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27 May 2020
Sam Okpro, Air Cargo Specialist
“Air Cargo Makes it Happen” is an IATA slogan that has now been given credence by COVID-19 as the Air Cargo industry has for the first time in history overshadowed the passenger business. During this pandemic period, we have stopped being the poor second cousins of the passenger business. Yeah! Whilst this may only last as long as the passenger aircraft are grounded, we now have to start looking at the post COVID-19 period.
The survival of the Air Cargo industry post COVID-19 will depend on the successful resurrection of Passenger aircraft that are parked in various locations around the world taking up to the air in the future. The big question is, are you as a member of the Air Cargo Supply Chain making adequate preparations for the post COVID-19 era? What steps are you considering taking to take advantage of some of the benefits of the lock-down COVID-19 period?
Aircraft parked at various graveyards around the world whose resurgence will be vital to the success of air cargo postCOVID-19 era (Photo: Oliver Roesler – Lufthansa)
To look at some of the necessary key steps that should be considered, we will look at some underlying factors that should be part of the equation when post COVID-19 plans are being developed.
The upcoming recession
It is highly expected that the worldwide lock down and business closures will eventually lead to one of the most severe recessions in modern times and we hope, not a depression. Traditionally, air cargo is an indicator of an upcoming recession way before it hits economies around the world. When cargo volumes start to recover, the passenger volumes start to drop and the recession starts to kick in. Given the fact that air cargo is playing a lifeline connector role to much needed medical equipment and PPE’s during this pandemic, it will not play the traditional role of a recession indicator.
However, the general expectation is that it could take until 2023 for passenger demand to return to pre-COVID-19 levels and since circa 80% of global cargo is transported in the bellies of joint production (passenger) flights, this spells trouble for available cargo capacity prior to 2023.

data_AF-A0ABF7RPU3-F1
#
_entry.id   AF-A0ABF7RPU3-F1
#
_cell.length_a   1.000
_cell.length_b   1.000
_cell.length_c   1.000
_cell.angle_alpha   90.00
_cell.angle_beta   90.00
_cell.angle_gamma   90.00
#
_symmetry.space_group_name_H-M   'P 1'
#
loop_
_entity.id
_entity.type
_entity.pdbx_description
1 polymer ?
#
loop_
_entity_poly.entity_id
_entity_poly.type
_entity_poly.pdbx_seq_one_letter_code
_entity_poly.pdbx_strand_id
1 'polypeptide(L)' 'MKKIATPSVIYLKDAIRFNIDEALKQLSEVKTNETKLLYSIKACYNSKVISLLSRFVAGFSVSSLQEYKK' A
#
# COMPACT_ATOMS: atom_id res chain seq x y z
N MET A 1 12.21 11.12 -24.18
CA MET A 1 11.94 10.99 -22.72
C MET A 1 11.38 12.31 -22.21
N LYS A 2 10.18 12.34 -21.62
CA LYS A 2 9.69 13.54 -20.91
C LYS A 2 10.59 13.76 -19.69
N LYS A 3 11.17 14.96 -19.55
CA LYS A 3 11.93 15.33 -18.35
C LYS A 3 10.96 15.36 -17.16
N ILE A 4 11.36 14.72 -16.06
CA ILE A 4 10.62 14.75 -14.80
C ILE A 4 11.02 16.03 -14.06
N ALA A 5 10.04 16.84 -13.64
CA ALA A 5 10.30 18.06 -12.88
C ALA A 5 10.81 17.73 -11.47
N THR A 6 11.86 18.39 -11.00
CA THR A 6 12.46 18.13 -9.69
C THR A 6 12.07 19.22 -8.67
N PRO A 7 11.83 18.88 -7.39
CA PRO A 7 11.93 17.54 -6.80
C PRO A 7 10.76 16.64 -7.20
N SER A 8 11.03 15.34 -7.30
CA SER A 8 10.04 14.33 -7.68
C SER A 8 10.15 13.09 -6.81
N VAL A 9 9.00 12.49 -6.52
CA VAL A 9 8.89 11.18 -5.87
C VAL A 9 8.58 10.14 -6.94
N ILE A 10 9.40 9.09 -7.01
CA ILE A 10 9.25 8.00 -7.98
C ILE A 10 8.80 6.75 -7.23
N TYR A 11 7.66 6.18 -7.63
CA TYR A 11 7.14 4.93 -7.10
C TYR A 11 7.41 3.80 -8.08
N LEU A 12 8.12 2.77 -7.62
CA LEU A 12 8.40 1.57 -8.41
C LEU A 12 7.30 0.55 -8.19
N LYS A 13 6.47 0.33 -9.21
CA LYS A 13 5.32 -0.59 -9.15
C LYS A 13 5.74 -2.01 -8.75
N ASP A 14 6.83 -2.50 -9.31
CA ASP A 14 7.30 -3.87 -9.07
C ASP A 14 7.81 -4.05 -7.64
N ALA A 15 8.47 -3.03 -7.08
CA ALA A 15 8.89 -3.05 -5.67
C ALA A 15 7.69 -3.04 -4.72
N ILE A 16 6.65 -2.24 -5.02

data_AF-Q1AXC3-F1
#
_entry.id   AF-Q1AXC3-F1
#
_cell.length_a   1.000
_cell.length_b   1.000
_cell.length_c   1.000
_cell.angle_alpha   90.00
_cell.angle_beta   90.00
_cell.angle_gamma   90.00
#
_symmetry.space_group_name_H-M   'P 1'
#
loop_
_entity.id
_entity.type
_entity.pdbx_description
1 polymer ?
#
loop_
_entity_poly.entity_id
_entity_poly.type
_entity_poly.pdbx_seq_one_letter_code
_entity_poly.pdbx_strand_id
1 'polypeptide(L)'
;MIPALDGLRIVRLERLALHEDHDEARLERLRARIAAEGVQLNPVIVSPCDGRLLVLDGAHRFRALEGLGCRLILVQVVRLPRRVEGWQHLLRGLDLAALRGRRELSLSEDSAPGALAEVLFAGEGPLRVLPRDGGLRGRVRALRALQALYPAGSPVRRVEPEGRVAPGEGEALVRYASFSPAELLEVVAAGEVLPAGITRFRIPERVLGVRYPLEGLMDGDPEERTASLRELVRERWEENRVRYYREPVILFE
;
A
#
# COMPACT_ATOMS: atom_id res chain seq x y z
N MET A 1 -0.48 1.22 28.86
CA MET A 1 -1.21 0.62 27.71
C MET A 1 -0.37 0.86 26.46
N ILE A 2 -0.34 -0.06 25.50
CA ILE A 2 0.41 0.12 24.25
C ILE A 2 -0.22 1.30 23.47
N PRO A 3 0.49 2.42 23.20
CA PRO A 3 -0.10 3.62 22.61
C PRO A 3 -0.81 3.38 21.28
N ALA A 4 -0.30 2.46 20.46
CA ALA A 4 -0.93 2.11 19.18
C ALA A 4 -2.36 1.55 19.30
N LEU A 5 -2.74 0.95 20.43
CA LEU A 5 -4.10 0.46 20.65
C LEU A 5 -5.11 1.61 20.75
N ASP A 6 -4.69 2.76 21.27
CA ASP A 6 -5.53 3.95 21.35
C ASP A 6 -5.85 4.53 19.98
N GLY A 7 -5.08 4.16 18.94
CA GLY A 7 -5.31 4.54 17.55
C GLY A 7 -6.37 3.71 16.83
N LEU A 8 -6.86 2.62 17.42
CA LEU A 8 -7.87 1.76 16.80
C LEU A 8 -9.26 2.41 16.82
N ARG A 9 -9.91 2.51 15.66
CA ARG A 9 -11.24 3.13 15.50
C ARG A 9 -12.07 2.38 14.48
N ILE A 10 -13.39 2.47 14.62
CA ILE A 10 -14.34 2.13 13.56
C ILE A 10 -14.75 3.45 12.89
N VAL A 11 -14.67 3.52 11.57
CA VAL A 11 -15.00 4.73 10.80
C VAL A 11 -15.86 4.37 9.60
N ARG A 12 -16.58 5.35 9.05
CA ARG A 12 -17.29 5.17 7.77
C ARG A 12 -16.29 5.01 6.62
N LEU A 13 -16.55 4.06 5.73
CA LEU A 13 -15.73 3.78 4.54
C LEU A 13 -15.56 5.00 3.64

Passenger aircraft cabins converted to freighters that have played a vital role in capacity supply during the COVID-19 period (Photo: China Eastern)
With a lot of airlines converting their wide and narrowbody joint production aircraft to carry cargo in the passenger cabins (Cargo-in-Cabin – CIC) either between seats or with seats removed, there will be more of this capacity made available to accommodate e-Commerce and non-Medical equipment traffic between now and when adequate passenger aircraft are back in the air. Cargo Facts estimated that as of May 21, more than 1,450 passenger aircraft operating Cargo-In-Cabin – CIC services. This number is bound to increase during the passenger aircraft lockdown period.
Embracing digital transformation
Aviation is a major engine for the world economy, supporting the livelihood of some 65 M people around the Globe and the Air Cargo Supply Chain is a proud family member. However, compared to other industries like automobile, banking and passenger travel, air cargo supply chain members lag behind in terms of embracing digitalization, despite the impact of integrators and the increase of eCommerce. We feel however that Covid-19 could acts as a digitization accelerator in the air cargo supply chain and should be one of the Post COVID-19 era items that will need to be addressed by supply chain members.
Easy and transparent access to capacity and rates will be a major post-COVID-19 requirement and challenge. Work from Home – WfH – has encouraged a lot of transformation to increased needs for visibility, e-Booking, Track & Trace and other functions.
Digitalization and enhanced rates transparency will be major post-COVID-19 requirements for eventual survival that Supply Chain Members must be ready to tackle and embrace.
Here are some of the digitization items that need to be effectively embraced to allow our industry to start catching up to the requirements of today’s shippers.
Effectively embracing digitization will also assist in improving the traditional average airport-to-airport 6 - 10 days transit time (depending on demand & supply situations) that needs to be reduced to meet e-Commerce and Screenager Generation requirements. It will also help our industry to prevent traffic loss to the rail mode on the China or Europe route that may have a 14 – 17 transit times at significantly lower rates. The option for sea transport could also be a challenging competitive factor given the transit times progress made by this mode.
Our industry must effectively embrace digitization to prevent e-Tailers, Virtual Forwarders and other new competitors from turning us into the Kodak, Texaco or Blockbusters of our industry.
Should you and your team have a requirement to start mapping out your post-pandemic strategies, AviaPro Consulting is available to assist you in getting ready to meet these and other post-COVID-19 challenges. We are in this together and together, we will come out ahead.
Looking forward to hearing from you.